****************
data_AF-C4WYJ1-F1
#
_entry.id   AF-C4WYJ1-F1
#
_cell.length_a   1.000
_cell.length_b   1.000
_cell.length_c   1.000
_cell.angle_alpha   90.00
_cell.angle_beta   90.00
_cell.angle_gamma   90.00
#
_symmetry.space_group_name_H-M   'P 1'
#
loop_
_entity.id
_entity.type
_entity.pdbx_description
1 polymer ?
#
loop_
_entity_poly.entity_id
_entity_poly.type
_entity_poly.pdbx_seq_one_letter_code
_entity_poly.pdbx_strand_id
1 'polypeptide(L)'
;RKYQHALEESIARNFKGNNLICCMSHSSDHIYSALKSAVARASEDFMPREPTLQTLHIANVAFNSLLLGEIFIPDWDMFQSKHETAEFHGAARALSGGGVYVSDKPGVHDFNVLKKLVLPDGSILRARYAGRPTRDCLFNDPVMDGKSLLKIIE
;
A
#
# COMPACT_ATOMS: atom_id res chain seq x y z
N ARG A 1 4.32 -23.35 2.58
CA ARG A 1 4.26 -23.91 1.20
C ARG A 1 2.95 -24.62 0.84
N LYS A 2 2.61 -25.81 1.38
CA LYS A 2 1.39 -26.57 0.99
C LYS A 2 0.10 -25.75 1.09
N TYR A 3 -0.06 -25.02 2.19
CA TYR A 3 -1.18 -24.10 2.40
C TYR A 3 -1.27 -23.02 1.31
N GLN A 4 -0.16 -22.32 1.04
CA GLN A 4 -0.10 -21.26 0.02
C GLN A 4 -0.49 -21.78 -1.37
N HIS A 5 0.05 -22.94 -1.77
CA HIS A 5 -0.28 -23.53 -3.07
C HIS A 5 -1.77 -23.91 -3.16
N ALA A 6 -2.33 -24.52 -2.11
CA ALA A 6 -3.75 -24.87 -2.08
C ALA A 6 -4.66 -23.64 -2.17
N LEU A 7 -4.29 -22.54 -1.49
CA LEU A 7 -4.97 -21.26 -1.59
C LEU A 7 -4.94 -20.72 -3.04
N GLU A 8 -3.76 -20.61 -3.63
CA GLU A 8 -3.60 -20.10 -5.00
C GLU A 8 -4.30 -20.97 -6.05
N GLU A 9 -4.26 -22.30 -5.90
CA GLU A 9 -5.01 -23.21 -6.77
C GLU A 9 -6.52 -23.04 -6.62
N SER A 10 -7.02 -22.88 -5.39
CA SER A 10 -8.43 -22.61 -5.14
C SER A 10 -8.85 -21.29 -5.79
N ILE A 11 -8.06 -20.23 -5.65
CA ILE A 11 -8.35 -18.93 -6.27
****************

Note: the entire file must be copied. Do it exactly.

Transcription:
data_AF-C4WYJ1-F1
#
_entry.id   AF-C4WYJ1-F1
#
_cell.length_a   1.000
_cell.length_b   1.000
_cell.length_c   1.000
_cell.angle_alpha   90.00
_cell.angle_beta   90.00
_cell.angle_gamma   90.00
#
_symmetry.space_group_name_H-M   'P 1'
#
loop_
_entity.id
_entity.type
_entity.pdbx_description
1 polymer ?
#
loop_
_entity_poly.entity_id
_entity_poly.type
_entity_poly.pdbx_seq_one_letter_code
_entity_poly.pdbx_strand_id
1 'polypeptide(L)'
;RKYQHALEESIARNFKGNNLICCMSHSSDHIYSALKSAVARASEDFMPREPTLQTLHIANVAFNSLLLGEIFIPDWDMFQSKHETAEFHGAARALSGGGVYVSDKPGVHDFNVLKKLVLPDGSILRARYAGRPTRDCLFNDPVMDGKSLLKIIE
;
A
#
# COMPACT_ATOMS: atom_id res chain seq x y z
N ARG A 1 4.32 -23.35 2.58
CA ARG A 1 4.26 -23.91 1.20
C ARG A 1 2.95 -24.62 0.84
N LYS A 2 2.61 -25.81 1.38
CA LYS A 2 1.39 -26.57 0.99
C LYS A 2 0.10 -25.75 1.09
N TYR A 3 -0.06 -25.02 2.19
CA TYR A 3 -1.18 -24.10 2.40
C TYR A 3 -1.27 -23.02 1.31
N GLN A 4 -0.16 -22.32 1.04
CA GLN A 4 -0.10 -21.26 0.02
C GLN A 4 -0.49 -21.78 -1.37
N HIS A 5 0.05 -22.94 -1.77
CA HIS A 5 -0.28 -23.53 -3.07
C HIS A 5 -1.77 -23.91 -3.16
N ALA A 6 -2.33 -24.52 -2.11
CA ALA A 6 -3.75 -24.87 -2.08
C ALA A 6 -4.66 -23.64 -2.17
N LEU A 7 -4.29 -22.54 -1.49
CA LEU A 7 -4.97 -21.26 -1.59
C LEU A 7 -4.94 -20.72 -3.04
N GLU A 8 -3.76 -20.61 -3.63
CA GLU A 8 -3.60 -20.10 -5.00
C GLU A 8 -4.30 -20.97 -6.05
N GLU A 9 -4.26 -22.30 -5.90
CA GLU A 9 -5.01 -23.21 -6.77
C GLU A 9 -6.52 -23.04 -6.62
N SER A 10 -7.02 -22.88 -5.39
CA SER A 10 -8.43 -22.61 -5.14
C SER A 10 -8.85 -21.29 -5.79
N ILE A 11 -8.06 -20.23 -5.65
CA ILE A 11 -8.35 -18.93 -6.27